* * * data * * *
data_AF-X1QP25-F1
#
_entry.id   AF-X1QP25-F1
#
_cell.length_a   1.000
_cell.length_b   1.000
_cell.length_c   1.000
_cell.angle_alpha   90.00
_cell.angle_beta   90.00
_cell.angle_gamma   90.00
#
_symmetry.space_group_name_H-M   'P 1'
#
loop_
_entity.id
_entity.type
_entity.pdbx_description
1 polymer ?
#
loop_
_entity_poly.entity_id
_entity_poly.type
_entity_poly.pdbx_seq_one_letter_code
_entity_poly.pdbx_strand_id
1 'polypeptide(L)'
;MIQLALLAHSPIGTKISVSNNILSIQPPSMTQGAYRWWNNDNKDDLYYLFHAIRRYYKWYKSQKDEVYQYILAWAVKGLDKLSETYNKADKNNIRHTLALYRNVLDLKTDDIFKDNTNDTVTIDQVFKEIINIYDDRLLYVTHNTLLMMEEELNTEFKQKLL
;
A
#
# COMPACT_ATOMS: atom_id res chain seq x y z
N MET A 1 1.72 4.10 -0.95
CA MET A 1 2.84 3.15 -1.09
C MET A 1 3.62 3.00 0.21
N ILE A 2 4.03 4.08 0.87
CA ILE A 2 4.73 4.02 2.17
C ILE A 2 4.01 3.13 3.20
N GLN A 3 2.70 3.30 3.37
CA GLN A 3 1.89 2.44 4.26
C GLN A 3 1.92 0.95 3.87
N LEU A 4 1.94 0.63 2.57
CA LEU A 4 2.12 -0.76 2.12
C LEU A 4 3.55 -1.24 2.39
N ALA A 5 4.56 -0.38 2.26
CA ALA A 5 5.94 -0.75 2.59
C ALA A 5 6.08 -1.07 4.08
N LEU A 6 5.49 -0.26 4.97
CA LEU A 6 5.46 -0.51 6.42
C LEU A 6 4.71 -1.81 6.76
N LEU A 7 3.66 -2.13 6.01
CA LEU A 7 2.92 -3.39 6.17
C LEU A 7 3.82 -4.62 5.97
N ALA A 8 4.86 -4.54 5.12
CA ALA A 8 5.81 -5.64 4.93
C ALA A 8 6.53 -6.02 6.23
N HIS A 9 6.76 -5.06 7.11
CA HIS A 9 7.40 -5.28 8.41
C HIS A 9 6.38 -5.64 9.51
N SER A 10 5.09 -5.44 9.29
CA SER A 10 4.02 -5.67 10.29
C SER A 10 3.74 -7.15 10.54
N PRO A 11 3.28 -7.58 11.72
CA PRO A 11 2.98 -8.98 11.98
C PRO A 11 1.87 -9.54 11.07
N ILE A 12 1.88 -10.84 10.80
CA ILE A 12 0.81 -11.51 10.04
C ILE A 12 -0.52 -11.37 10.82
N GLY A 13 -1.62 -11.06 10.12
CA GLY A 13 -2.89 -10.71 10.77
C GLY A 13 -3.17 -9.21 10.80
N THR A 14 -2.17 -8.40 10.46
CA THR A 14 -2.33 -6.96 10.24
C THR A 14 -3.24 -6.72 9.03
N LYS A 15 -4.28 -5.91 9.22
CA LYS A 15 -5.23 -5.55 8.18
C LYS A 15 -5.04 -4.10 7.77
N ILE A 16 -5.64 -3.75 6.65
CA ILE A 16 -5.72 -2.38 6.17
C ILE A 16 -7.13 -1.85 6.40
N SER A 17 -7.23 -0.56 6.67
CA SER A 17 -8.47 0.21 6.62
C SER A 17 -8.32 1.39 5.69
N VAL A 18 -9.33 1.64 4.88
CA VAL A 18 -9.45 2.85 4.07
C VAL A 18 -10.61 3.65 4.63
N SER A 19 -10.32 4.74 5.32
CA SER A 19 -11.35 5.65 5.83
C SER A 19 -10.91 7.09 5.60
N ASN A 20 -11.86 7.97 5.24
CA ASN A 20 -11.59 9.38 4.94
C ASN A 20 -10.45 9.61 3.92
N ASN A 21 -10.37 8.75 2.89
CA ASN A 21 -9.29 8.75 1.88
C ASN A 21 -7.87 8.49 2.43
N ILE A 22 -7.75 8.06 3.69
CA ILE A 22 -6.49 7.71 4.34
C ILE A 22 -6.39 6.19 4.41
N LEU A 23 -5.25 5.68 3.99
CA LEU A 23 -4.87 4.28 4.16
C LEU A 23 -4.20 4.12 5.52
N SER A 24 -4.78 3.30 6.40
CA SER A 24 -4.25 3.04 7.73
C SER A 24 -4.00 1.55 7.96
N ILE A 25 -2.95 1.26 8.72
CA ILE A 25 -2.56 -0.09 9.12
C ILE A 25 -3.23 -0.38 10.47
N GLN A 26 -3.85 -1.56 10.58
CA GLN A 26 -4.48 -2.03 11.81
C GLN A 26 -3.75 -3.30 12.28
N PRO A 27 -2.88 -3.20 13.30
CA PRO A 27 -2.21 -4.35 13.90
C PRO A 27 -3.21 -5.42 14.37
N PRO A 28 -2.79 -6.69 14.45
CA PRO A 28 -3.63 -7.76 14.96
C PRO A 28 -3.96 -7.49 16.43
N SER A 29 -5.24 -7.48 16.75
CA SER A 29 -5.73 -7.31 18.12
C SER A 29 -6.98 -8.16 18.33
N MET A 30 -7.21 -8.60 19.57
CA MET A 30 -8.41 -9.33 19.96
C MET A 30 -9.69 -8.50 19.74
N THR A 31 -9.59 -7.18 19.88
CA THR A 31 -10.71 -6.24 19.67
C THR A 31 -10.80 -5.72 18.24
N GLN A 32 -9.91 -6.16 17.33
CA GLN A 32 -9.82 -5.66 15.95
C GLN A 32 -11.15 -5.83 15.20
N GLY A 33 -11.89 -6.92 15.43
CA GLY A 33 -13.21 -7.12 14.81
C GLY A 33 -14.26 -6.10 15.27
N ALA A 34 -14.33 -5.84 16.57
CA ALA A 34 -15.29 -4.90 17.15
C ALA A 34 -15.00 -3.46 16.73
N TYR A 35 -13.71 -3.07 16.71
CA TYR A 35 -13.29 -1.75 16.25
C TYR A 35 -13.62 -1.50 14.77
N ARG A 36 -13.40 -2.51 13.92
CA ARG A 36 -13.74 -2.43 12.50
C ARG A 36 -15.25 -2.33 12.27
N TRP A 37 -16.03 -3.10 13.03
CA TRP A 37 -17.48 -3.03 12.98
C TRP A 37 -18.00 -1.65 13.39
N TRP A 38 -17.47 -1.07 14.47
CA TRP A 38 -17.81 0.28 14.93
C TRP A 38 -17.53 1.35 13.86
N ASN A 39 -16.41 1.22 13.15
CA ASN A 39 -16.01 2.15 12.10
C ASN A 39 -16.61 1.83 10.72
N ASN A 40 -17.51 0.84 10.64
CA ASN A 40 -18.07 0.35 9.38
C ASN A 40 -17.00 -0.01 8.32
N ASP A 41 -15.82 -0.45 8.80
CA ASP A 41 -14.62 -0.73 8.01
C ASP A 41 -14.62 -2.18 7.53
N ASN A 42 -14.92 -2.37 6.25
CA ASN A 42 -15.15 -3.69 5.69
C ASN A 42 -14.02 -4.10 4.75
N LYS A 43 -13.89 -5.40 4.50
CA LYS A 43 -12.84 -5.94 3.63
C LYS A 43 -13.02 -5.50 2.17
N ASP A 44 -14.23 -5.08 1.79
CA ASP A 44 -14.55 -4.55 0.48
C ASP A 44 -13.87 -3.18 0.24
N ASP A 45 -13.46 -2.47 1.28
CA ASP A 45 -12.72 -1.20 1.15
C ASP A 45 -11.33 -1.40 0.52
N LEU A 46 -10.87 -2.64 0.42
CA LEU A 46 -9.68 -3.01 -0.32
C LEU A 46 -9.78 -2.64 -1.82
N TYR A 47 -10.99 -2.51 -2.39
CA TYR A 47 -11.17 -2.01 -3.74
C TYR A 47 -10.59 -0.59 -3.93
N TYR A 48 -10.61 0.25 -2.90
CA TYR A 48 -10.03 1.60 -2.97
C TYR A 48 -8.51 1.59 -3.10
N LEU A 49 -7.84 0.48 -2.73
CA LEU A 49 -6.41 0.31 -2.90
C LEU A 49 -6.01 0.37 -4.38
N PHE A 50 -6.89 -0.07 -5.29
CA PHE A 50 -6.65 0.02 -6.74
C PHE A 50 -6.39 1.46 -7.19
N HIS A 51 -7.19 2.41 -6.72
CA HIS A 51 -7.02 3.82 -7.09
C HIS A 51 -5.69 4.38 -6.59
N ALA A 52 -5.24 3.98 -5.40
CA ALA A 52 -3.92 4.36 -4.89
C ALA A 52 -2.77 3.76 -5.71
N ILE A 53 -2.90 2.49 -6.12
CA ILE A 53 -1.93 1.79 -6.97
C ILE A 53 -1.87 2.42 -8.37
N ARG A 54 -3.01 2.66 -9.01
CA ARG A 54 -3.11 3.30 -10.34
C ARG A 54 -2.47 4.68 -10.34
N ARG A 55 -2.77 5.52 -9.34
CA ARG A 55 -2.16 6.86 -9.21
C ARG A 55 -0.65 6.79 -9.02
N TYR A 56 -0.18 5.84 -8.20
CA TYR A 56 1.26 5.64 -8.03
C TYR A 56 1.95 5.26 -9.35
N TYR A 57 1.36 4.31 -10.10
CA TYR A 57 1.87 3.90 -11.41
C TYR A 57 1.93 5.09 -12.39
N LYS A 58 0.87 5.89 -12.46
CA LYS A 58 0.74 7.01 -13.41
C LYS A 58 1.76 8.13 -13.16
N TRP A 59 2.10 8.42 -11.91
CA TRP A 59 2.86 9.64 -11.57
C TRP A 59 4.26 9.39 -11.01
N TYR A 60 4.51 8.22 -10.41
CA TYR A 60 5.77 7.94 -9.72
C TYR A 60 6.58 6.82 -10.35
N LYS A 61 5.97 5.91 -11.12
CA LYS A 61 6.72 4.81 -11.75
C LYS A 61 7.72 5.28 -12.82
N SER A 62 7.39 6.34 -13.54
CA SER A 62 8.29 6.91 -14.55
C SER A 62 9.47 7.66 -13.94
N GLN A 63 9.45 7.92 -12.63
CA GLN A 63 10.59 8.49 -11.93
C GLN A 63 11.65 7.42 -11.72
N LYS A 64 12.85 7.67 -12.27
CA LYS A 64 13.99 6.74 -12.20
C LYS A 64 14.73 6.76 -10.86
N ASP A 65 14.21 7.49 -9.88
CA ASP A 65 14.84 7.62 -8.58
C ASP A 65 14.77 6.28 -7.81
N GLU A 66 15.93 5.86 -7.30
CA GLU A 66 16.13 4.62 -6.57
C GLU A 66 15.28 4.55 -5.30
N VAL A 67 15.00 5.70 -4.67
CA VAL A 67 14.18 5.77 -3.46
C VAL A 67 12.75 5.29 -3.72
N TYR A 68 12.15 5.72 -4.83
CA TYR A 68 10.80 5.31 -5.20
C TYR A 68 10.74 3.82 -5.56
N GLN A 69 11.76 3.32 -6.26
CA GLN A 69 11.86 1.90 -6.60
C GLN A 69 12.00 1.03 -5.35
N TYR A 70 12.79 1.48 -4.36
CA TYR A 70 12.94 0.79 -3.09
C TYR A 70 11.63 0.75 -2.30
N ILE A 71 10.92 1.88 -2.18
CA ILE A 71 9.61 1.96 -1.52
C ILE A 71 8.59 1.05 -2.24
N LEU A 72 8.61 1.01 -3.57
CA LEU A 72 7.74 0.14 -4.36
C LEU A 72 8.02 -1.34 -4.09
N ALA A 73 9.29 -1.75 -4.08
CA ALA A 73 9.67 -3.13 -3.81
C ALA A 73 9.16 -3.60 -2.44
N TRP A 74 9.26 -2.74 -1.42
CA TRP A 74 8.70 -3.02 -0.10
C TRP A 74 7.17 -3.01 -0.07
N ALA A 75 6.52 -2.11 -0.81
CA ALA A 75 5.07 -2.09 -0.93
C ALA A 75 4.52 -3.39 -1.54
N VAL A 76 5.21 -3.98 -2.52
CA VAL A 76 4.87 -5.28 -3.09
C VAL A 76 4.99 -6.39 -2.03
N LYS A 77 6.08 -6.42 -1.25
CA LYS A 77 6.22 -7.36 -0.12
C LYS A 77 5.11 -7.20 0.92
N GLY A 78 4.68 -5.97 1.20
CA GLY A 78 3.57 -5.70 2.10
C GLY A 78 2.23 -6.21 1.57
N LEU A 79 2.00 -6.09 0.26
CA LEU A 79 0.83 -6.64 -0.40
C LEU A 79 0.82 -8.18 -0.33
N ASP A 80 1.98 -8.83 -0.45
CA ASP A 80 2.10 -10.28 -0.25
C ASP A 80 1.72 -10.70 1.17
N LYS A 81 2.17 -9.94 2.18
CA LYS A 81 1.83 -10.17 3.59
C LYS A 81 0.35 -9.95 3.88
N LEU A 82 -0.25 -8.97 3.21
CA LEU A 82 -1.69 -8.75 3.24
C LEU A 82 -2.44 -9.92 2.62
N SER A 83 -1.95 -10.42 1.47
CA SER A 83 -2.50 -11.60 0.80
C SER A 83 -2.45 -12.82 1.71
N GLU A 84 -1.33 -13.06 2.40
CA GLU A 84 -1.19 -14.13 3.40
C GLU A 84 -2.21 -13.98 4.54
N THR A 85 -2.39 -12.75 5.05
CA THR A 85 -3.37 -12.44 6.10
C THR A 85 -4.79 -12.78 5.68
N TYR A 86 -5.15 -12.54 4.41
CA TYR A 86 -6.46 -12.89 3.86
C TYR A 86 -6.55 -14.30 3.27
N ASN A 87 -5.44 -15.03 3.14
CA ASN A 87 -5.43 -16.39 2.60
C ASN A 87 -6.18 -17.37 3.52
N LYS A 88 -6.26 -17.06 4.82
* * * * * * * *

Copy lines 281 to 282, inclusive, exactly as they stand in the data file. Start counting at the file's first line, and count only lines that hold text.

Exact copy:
CA GLU A 84 -1.19 -14.13 3.40
C GLU A 84 -2.21 -13.98 4.54